Alabama Rental Laws
An Overview of Alabama Landlord-Tenant Laws
It is highly beneficial for both tenants and landlords to be aware of their rights, and what the law stipulates about a rental property and the relationship between tenants and landlords. As a landlord or tenant, this knowledge can be quite handy when you are faced with a challenging situation related to a rental property. This article offers a summary of fundamental Alabama Landlord Tenant Laws, which apply to residential rental properties.
Alabama Laws on Security Deposit
The Alabama Landlord Tenant Laws (Alabama Code § 35-9A-201) limits how much security deposit a landlord can demand from a potential tenant; this deposit is set at an equivalent of one month’s rent. This stipulated security deposit does not cover pet deposits and any alterations that may be done on the premises such as undoing staircases to accommodate a physically challenged individual.
The security deposit is usually intended to cover any damage to the property after the tenant moves out. This deposit also cushions the landlord from incurring any rental loss if the tenant moves out early, without paying rent. The deadline for returning this deposit is set at 60 days after the tenant moves or after the lease has expired. The landlord must also present an itemized list of all the deductions he/she made the deposit such as the cost of repairs.
Alabama Notice Rules on Outstanding rent and Entry
The state Landlord-Tenant Laws in Alabama require the landlord to give a notice period of at least 30 days for the tenant to raise rent; this is unless a rental agreement that states otherwise was agreed upon by both parties. On the other side, a tenant has seven days to pay his/her rent; otherwise, the landlord is allowed to file for eviction. The law also instructs a ten-day notice to quite a lease or remedy in the event a tenant violates a lease agreement.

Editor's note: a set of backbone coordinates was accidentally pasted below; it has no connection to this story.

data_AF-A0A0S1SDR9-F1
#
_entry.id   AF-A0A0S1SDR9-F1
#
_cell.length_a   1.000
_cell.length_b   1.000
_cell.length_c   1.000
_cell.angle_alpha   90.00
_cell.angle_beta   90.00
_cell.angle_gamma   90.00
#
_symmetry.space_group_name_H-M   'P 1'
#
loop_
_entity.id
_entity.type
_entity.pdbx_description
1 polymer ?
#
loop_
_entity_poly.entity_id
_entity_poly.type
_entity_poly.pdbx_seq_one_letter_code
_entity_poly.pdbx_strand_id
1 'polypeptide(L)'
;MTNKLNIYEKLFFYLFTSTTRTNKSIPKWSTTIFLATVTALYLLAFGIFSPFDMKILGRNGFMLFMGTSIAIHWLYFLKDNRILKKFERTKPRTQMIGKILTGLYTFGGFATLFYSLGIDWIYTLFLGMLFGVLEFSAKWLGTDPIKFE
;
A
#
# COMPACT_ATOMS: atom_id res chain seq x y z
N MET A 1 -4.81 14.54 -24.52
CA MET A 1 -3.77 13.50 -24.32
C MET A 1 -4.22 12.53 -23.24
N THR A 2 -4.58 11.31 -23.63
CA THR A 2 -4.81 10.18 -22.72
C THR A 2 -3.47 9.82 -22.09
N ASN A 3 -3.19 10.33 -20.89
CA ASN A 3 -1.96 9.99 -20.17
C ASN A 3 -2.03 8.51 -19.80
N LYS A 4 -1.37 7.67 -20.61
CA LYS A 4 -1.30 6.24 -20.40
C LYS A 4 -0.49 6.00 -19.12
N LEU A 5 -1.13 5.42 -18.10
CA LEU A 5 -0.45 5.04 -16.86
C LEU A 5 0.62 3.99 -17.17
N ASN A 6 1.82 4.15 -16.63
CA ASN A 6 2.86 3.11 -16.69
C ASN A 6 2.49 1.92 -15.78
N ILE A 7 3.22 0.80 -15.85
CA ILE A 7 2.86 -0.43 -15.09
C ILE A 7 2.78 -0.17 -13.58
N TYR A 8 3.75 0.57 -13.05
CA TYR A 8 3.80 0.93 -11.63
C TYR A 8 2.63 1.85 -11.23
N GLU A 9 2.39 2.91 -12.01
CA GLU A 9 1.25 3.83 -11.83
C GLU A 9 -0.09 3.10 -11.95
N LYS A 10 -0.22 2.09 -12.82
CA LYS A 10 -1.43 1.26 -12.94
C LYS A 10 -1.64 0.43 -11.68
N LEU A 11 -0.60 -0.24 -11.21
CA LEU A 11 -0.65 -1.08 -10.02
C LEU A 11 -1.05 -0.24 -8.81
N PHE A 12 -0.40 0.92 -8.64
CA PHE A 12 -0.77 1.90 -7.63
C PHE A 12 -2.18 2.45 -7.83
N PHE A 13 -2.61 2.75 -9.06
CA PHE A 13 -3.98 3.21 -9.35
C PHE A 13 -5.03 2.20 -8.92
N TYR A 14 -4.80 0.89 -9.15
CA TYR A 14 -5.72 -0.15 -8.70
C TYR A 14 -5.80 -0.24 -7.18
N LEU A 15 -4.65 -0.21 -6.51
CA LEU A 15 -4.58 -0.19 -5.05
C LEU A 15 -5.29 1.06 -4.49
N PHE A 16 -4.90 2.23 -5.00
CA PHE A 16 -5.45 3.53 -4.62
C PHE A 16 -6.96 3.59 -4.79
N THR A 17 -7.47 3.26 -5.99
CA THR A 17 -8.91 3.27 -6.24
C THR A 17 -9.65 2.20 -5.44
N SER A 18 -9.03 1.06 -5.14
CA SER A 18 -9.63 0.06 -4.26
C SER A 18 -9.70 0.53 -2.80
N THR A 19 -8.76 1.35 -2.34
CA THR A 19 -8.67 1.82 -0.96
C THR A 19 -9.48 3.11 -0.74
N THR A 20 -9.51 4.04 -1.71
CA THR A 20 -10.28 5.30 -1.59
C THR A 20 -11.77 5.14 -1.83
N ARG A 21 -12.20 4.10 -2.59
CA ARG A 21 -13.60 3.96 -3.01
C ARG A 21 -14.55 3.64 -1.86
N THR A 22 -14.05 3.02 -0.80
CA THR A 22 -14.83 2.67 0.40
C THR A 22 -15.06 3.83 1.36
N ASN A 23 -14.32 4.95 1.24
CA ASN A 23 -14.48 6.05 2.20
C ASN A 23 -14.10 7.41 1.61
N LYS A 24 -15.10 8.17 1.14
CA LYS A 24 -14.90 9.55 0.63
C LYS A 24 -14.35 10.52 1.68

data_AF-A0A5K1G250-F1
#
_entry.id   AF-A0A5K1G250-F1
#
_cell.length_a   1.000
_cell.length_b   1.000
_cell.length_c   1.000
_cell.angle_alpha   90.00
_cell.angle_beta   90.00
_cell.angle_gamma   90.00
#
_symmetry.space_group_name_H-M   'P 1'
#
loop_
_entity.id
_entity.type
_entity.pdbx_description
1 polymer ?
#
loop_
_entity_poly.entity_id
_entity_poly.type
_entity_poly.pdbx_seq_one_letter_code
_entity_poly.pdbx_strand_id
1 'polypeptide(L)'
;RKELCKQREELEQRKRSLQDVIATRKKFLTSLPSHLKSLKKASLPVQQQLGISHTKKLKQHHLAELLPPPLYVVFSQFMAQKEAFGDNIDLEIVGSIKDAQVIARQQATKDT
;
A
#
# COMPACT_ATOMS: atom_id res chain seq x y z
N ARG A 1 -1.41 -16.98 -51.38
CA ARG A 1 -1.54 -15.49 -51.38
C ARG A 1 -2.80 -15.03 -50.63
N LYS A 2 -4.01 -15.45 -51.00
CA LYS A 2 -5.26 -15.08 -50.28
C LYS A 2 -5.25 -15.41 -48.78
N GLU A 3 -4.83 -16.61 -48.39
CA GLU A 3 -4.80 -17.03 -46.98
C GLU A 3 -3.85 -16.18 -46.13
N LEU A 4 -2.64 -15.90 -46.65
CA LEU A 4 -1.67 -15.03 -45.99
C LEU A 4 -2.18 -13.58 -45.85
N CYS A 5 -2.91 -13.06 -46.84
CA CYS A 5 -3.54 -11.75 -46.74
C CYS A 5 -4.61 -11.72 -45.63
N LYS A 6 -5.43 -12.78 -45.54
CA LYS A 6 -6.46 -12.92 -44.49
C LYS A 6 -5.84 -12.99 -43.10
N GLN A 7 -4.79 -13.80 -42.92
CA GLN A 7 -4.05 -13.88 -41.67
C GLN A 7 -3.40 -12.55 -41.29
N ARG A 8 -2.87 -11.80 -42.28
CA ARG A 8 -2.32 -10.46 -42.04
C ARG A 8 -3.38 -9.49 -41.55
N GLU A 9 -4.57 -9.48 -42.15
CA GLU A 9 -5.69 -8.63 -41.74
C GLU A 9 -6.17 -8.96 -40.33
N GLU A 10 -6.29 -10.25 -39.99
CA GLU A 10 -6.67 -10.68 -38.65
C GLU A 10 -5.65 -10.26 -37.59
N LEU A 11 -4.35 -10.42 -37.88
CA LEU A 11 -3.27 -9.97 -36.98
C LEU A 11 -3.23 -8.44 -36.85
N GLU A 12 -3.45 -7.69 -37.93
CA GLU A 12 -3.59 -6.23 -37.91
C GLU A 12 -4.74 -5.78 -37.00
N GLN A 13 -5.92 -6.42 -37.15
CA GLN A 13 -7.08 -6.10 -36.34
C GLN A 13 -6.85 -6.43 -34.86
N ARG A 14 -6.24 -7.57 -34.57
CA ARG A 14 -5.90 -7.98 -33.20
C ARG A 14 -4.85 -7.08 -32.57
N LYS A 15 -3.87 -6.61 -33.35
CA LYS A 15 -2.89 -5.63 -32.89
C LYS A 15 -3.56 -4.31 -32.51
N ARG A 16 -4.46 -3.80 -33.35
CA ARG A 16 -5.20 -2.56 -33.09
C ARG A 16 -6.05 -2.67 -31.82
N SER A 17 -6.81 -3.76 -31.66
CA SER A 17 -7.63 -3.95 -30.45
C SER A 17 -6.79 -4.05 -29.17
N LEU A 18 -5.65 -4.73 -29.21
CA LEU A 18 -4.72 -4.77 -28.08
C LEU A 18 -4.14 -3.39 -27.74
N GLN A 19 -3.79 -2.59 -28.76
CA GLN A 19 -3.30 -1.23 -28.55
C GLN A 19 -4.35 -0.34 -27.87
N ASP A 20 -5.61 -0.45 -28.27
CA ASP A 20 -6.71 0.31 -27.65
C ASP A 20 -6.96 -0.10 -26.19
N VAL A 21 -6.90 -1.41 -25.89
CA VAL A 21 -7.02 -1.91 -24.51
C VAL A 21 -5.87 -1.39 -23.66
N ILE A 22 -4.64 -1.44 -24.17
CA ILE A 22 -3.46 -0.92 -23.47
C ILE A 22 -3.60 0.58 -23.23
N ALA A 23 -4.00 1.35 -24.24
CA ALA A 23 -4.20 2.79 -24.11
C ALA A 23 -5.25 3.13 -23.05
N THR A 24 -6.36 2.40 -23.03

The Required Notice before an entry is two days. The law also allows entry for maintenance and repair purposes, but there has to be a notice given before entry. In the event, the tenant has an extended absence (more than 14 days) unannounced entry is permitted by law but with good reason. The landlord is also allowed to show the property but only when a notice has been issued. The law also allows for emergency entry when there is no notice.
Lease, Rent and Fee Rules
Alabama Landlord Tenant Laws demand that the following be spelled out included in all lease agreements:
• The amount of rent a landlord should charge a tenant. There are no limits set on this rule.
• The contract should indicate where and how rent should be remitted. For instance, payment should be sent to the landlord’s office via mail.
• How rental payments should be made (money order, credit care or cash or cheque) and the date for remitting rent.
• It should state the consequences a tenant will incur for failure to pay rent on time, such as termination of tenancy.
• The lease must stipulate everything that the landlord is obligated to do. For instance, the landlord may agree to be responsible for maintaining the property such as repainting it once in a while.
State laws in Alabama concerning rental property do not stipulate the notice period a landlord must give a tenant in order to increase rent or change other terms of the lease agreement. However, the general rule is the notice period of rent increase is the same time a landlord must provide when terminating tenancy which is 30 days unless the rental agreement states otherwise.